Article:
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Title: Influence of chemical disorder on energy dissipation and defect evolution in advanced alloys

We report that historically, alloy development with better radiation performance has been focused on traditional alloys with one or two principal element(s) and minor alloying elements, where enhanced radiation resistance depends on microstructural or nanoscale features to mitigate displacement damage. In sharp contrast to traditional alloys, recent advances of single-phase concentrated solid solution alloys (SP-CSAs) have opened up new frontiers in materials research. In these alloys, a random arrangement of multiple elemental species on a crystalline lattice results in disordered local chemical environments and unique site-to-site lattice distortions. Based on closely integrated computational and experimental studies using a novel set of SP-CSAs in a face-centered cubic structure, we have explicitly demonstrated that increasing chemical disorder can lead to a substantial reduction in electron mean free paths, as well as electrical and thermal conductivity, which results in slower heat dissipation in SP-CSAs. The chemical disorder also has a significant impact on defect evolution under ion irradiation. Considerable improvement in radiation resistance is observed with increasing chemical disorder at electronic and atomic levels. Finally, the insights into defect dynamics may provide a basis for understanding elemental effects on evolution of radiation damage in irradiated materials and may inspire new design principles ofmore » radiation-tolerant structural alloys for advanced energy systems.« less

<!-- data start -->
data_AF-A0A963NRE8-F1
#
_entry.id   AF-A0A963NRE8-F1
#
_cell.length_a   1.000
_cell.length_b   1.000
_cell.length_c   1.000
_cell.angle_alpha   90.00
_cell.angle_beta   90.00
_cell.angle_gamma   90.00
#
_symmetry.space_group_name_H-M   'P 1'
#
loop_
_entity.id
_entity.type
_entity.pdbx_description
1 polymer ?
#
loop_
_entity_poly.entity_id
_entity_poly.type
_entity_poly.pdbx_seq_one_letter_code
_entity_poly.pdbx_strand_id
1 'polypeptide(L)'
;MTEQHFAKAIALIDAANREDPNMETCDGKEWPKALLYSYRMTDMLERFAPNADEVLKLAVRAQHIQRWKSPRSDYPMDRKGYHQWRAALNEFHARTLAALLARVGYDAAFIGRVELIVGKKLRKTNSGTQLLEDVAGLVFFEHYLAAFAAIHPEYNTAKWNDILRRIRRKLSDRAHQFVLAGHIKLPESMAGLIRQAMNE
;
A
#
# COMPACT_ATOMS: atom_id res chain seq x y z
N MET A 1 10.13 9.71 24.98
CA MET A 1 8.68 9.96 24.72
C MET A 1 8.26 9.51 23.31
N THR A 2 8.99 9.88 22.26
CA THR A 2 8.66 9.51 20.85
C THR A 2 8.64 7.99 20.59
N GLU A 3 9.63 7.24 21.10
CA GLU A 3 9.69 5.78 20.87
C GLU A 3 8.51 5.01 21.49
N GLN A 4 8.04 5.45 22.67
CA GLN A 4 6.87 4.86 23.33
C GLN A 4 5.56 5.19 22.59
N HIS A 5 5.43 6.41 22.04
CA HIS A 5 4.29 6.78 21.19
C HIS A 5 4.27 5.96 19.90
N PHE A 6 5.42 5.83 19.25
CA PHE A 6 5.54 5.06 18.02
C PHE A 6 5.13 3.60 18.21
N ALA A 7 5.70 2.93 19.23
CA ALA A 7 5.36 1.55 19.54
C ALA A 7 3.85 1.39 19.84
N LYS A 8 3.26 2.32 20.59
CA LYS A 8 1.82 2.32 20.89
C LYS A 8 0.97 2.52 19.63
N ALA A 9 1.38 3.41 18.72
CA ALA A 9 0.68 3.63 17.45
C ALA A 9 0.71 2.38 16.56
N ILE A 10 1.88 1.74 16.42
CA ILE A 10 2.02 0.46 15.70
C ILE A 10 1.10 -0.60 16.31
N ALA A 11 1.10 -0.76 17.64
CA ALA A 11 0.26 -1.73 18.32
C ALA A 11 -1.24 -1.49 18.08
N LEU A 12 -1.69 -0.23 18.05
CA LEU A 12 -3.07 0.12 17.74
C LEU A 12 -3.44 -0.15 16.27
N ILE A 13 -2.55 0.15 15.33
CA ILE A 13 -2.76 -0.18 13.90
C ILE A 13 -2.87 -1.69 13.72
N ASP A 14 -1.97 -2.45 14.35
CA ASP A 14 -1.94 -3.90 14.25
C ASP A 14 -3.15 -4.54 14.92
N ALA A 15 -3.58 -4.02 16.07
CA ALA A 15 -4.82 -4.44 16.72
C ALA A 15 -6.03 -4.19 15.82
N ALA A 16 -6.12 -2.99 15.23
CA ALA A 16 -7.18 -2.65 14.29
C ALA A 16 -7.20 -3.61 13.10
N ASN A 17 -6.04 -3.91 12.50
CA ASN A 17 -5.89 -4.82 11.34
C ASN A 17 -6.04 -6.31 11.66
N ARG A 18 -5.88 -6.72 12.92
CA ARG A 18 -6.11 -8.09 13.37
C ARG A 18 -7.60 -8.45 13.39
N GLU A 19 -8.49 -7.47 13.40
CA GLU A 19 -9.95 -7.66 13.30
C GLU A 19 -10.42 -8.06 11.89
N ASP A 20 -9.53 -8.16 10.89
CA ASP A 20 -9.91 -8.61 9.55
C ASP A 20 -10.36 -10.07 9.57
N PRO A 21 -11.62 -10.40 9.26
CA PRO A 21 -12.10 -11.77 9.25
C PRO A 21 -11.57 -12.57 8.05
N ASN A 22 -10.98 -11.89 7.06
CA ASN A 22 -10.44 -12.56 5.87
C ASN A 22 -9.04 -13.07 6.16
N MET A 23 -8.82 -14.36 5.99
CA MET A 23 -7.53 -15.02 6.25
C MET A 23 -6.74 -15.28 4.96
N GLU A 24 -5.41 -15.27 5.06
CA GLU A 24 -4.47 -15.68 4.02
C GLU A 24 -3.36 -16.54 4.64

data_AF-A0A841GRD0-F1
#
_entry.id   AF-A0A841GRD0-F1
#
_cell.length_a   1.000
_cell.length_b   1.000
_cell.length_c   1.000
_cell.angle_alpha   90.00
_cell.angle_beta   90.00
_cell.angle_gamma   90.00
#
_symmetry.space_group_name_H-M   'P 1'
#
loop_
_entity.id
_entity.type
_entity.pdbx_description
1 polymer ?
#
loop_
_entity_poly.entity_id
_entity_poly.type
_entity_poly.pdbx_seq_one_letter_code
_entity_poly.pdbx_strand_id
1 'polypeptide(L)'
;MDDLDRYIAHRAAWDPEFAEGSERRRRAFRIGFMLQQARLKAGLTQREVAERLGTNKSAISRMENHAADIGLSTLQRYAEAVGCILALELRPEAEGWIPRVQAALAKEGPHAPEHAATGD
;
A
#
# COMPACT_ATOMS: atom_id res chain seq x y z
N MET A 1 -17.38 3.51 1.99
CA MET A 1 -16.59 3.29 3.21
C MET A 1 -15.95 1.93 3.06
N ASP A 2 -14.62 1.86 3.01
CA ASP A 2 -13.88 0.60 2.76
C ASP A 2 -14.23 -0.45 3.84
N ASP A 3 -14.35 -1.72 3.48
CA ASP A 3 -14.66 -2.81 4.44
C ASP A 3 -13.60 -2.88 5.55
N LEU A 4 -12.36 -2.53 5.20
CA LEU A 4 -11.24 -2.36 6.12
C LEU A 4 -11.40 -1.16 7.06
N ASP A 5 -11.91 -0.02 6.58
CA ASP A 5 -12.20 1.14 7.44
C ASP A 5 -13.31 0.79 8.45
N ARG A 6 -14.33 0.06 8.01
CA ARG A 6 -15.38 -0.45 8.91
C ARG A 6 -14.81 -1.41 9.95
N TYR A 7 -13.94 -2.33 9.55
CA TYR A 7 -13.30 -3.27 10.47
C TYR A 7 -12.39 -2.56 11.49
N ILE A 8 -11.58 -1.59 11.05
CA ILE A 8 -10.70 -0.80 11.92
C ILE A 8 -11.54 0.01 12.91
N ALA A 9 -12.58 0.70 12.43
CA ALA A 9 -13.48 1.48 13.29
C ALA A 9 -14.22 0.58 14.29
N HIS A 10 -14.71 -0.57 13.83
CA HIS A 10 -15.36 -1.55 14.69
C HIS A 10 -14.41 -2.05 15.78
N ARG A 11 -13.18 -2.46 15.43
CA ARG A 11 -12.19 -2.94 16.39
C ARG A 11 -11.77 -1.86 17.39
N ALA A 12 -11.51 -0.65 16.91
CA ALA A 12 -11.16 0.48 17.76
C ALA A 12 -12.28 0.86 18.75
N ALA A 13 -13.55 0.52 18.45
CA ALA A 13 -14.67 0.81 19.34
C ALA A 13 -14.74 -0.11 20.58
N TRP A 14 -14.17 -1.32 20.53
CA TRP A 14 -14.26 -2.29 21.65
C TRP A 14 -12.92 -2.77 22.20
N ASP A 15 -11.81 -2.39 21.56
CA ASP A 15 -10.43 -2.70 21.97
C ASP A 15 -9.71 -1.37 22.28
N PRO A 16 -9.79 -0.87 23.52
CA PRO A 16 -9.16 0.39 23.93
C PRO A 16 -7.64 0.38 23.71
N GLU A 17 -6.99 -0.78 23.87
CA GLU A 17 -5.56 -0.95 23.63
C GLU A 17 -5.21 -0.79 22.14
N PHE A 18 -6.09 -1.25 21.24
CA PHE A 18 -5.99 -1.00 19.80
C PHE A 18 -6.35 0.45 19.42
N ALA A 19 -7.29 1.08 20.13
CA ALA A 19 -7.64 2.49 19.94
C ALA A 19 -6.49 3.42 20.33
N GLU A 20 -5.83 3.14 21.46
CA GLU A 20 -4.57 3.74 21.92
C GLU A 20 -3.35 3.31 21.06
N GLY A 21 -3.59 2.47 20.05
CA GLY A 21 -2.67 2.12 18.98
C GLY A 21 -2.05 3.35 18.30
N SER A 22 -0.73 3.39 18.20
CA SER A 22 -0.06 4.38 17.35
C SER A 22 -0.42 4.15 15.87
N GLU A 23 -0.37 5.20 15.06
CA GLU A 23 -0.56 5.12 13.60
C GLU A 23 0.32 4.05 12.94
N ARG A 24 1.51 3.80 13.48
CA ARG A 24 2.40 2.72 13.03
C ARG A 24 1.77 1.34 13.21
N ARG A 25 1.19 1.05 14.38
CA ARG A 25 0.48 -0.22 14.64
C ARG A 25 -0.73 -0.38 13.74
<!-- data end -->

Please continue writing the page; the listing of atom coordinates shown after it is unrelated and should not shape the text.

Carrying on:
Authors:
 [1] ;  [1] ;  [2] ;  [3] ;  [1] ;  [1] ;  [1] ;  [1] ;  [1] ;  [4] ;  [1] ;  [3] ;  [1] ;  [1] ;  [1] ;  [1] ;  [5] ;  [6] ;  [2]
  1. Oak Ridge National Lab. (ORNL), Oak Ridge, TN (United States). Materials Science & Technology Division
  2. Univ. of Tennessee, Knoxville, TN (United States). Dept. of Materials Science and Engineering
  3. Univ. of Michigan, Ann Arbor, MI (United States). Dept. of Nuclear Engineering and Radiological Sciences
  4. Univ. of Wyoming, Laramie, WY (United States). Dept. of Mechanical Engineering
  5. Univ. of Wisconsin, Madison, WI (United States). Dept. of Materials Science and Engineering
  6. Lawrence Livermore National Lab. (LLNL), Livermore, CA (United States). Physics Division
Publication Date:
Grant/Contract Number:
AC05-00OR22725; AC02-05CH11231
Type:
Accepted Manuscript
Journal Name:
Journal of Materials Research
Additional Journal Information:
Journal Volume: 31; Journal Issue: 16; Journal ID: ISSN 0884-2914
Publisher:
Materials Research Society
Research Org:
Oak Ridge National Laboratory (ORNL), Oak Ridge, TN (United States)
Sponsoring Org:
USDOE Office of Science (SC), Basic Energy Sciences (BES) (SC-22)
Country of Publication:
United States
Language:
English
Subject:
36 MATERIALS SCIENCE; 38 RADIATION CHEMISTRY, RADIOCHEMISTRY, AND NUCLEAR CHEMISTRY radiation effects; ion-solid interactions; alloy
OSTI Identifier:
1319193
Alternate Identifier(s):
OSTI ID: 1319193